Size: UK 14 – 16
Kids Toys and books
Household items
Branded Shoes: Size US 9/ 40
No Exchange, No refunds!

Re: Illegitimate child of a Singaporean Citizen needs help


Your friend never told what his mother was working as, in Malaysia, not that it matters much now anyway..

And now 21 years later, the mother sent the son for closure ? I truly believe that she wanted to not to destroy his family.

Registering with a different surname ? That is a normal thing that happens in Philippines, including registering the child with the mother's surname. Now why didn't the child be registered with the mother's surname ?

Siblings ? well, doesn't make it legitimate, as the legal children are not his siblings, just being frank there. While your 'friend' may want to see the other children as siblings, it's not gonna happen, I am sure of it.

Yep, blood type is good enough. No, not so.

If there was even an iota of sincerity, your friend,being a 'professional', should have gotten a DNA Sample, and gotten a match. Similiar face features are not good enough, in Reality. Big arms ? how about tall like his father, colour of hair like his father ? How different are Asian Eyes ? Are they blue, green, purple ??

Parcels only take 6 weeks, not 3 months, and seems your friend's father is being pushed to a corner. What will it do for your friend to turn up again, specially since your friend says he wants peace with the father ?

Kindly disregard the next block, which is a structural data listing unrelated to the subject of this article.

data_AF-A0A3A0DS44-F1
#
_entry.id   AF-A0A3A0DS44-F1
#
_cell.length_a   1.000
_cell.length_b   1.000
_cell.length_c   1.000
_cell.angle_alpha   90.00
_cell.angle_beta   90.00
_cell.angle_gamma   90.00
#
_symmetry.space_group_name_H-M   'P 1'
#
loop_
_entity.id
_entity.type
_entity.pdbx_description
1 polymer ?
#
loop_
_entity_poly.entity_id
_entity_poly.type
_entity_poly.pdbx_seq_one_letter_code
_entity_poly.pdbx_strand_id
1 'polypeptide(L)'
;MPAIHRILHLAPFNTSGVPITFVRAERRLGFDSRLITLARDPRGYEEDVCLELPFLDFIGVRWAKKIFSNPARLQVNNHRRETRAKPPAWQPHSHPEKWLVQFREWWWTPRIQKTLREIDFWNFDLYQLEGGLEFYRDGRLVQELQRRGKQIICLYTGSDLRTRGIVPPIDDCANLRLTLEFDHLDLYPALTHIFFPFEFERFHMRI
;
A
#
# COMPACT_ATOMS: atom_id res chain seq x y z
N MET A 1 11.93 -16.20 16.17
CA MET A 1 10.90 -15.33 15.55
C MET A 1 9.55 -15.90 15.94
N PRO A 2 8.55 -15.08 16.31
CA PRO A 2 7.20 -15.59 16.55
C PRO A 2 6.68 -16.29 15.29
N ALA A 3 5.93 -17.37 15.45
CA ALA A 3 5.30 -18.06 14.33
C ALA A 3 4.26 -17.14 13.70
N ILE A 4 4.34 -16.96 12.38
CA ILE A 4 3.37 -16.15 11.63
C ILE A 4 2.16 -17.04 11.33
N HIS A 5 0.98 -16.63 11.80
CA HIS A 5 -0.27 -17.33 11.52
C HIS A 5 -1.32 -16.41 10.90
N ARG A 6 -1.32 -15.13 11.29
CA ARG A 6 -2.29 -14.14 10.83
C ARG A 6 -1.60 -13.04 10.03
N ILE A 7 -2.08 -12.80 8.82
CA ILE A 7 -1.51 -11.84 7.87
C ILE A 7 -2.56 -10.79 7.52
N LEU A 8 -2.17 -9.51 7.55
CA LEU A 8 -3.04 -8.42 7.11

What justice ? Like allowed to enter Singapore ? Being allowed to enter Singapore is a Privilege, not a right. so being refused is not injustice. In fact, on a daily basis a few dozen, including filipinos/filipinas, get refused entry by ICA. No injustice there.

And equal justice ? mmmm, are you implying that, if ICA refuses entry to your friend, it will be injustice due to partial justice ? Nice ..

From what I know, and seen, it is easy to blacklist a person, especially if the person is from Asean/Asian countries

The only chance for a successful appeal and entry is for the person to show due cause, or got a good job here, or can prove relations here, and had justification to squash whatever report that was made, if there was one such report.

Then again, unless there was a court hearing etc etc, unlikely for ICA to have been notified. Looks like a scare to keep the 'friend' away from Singapore ..

And, JR8, years ago, I was nearly in a similar soup. Long story short, but, let me put it this way, it did nearly drive me nuts till I figured out it was a form of vengeance by an Ex- including insisting the baby has the same colour eyes, skin tone (yes ... ) and on and on, and turned out she wasn't even anywhere she claimed to be- and faking it all up... so my response maybe slightly prejudiced.

Re: RE: Re: How Much Should I Pay Myself?

Hi Goldy740,

I am from a recruitment agency, Nowaday MOM insisted that the company must make sufficient effort to try to recruit local and only after attempts you can appeal with projects of future incomes or in your case, then you prepare a detail business proposal. I have Pm you

You don't even understand the thread, do you? He is talking employment for himself, not someone else. As a recruiter you prove up what most people already know... recruiters in Singapore are a hopeless bunch.

Re: RE: Moving to SG with a pet dog (Beagle)